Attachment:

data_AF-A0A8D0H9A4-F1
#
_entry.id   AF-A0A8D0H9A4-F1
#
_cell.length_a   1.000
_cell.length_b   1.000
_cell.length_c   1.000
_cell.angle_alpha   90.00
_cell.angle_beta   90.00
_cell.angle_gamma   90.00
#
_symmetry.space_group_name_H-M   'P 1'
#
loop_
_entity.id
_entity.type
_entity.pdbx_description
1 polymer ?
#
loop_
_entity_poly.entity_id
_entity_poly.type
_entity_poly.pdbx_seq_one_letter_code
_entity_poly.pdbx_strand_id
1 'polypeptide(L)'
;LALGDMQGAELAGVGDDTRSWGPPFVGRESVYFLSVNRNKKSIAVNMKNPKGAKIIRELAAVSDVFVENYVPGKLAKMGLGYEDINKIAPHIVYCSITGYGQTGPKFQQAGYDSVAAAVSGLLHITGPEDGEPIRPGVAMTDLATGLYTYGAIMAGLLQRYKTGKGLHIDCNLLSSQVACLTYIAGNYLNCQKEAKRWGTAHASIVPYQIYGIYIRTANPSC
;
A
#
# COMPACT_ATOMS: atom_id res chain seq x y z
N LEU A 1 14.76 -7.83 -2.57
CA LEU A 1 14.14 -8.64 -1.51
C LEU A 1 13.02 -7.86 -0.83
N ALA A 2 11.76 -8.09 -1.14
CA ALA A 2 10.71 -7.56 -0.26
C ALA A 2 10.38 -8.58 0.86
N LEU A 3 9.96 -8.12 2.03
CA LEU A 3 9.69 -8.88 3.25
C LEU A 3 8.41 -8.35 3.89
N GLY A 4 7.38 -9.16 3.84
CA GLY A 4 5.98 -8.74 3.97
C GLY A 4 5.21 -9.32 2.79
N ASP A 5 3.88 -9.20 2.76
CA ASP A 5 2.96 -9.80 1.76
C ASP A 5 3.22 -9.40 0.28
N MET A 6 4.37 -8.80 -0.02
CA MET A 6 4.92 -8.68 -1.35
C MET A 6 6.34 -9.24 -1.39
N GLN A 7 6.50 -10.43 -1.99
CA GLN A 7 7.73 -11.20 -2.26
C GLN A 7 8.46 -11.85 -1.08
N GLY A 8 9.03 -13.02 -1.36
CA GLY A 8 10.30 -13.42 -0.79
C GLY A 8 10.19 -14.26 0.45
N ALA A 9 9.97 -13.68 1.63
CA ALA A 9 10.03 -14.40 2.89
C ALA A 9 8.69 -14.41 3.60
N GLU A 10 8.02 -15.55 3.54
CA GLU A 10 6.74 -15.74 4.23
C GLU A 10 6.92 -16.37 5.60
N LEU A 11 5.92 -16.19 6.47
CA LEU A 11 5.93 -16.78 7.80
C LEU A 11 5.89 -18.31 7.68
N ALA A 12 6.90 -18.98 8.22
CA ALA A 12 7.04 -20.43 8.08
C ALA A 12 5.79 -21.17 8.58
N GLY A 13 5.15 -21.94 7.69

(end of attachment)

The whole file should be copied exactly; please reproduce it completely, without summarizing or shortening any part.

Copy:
data_AF-A0A8D0H9A4-F1
#
_entry.id   AF-A0A8D0H9A4-F1
#
_cell.length_a   1.000
_cell.length_b   1.000
_cell.length_c   1.000
_cell.angle_alpha   90.00
_cell.angle_beta   90.00
_cell.angle_gamma   90.00
#
_symmetry.space_group_name_H-M   'P 1'
#
loop_
_entity.id
_entity.type
_entity.pdbx_description
1 polymer ?
#
loop_
_entity_poly.entity_id
_entity_poly.type
_entity_poly.pdbx_seq_one_letter_code
_entity_poly.pdbx_strand_id
1 'polypeptide(L)'
;LALGDMQGAELAGVGDDTRSWGPPFVGRESVYFLSVNRNKKSIAVNMKNPKGAKIIRELAAVSDVFVENYVPGKLAKMGLGYEDINKIAPHIVYCSITGYGQTGPKFQQAGYDSVAAAVSGLLHITGPEDGEPIRPGVAMTDLATGLYTYGAIMAGLLQRYKTGKGLHIDCNLLSSQVACLTYIAGNYLNCQKEAKRWGTAHASIVPYQIYGIYIRTANPSC
;
A
#
# COMPACT_ATOMS: atom_id res chain seq x y z
N LEU A 1 14.76 -7.83 -2.57
CA LEU A 1 14.14 -8.64 -1.51
C LEU A 1 13.02 -7.86 -0.83
N ALA A 2 11.76 -8.09 -1.14
CA ALA A 2 10.71 -7.56 -0.26
C ALA A 2 10.38 -8.58 0.86
N LEU A 3 9.96 -8.12 2.03
CA LEU A 3 9.69 -8.88 3.25
C LEU A 3 8.41 -8.35 3.89
N GLY A 4 7.38 -9.16 3.84
CA GLY A 4 5.98 -8.74 3.97
C GLY A 4 5.21 -9.32 2.79
N ASP A 5 3.88 -9.20 2.76
CA ASP A 5 2.96 -9.80 1.76
C ASP A 5 3.22 -9.40 0.28
N MET A 6 4.37 -8.80 -0.02
CA MET A 6 4.92 -8.68 -1.35
C MET A 6 6.34 -9.24 -1.39
N GLN A 7 6.50 -10.43 -1.99
CA GLN A 7 7.73 -11.20 -2.26
C GLN A 7 8.46 -11.85 -1.08
N GLY A 8 9.03 -13.02 -1.36
CA GLY A 8 10.30 -13.42 -0.79
C GLY A 8 10.19 -14.26 0.45
N ALA A 9 9.97 -13.68 1.63
CA ALA A 9 10.03 -14.40 2.89
C ALA A 9 8.69 -14.41 3.60
N GLU A 10 8.02 -15.55 3.54
CA GLU A 10 6.74 -15.74 4.23
C GLU A 10 6.92 -16.37 5.60
N LEU A 11 5.92 -16.19 6.47
CA LEU A 11 5.93 -16.78 7.80
C LEU A 11 5.89 -18.31 7.68
N ALA A 12 6.90 -18.98 8.22
CA ALA A 12 7.04 -20.43 8.08
C ALA A 12 5.79 -21.17 8.58
N GLY A 13 5.15 -21.94 7.69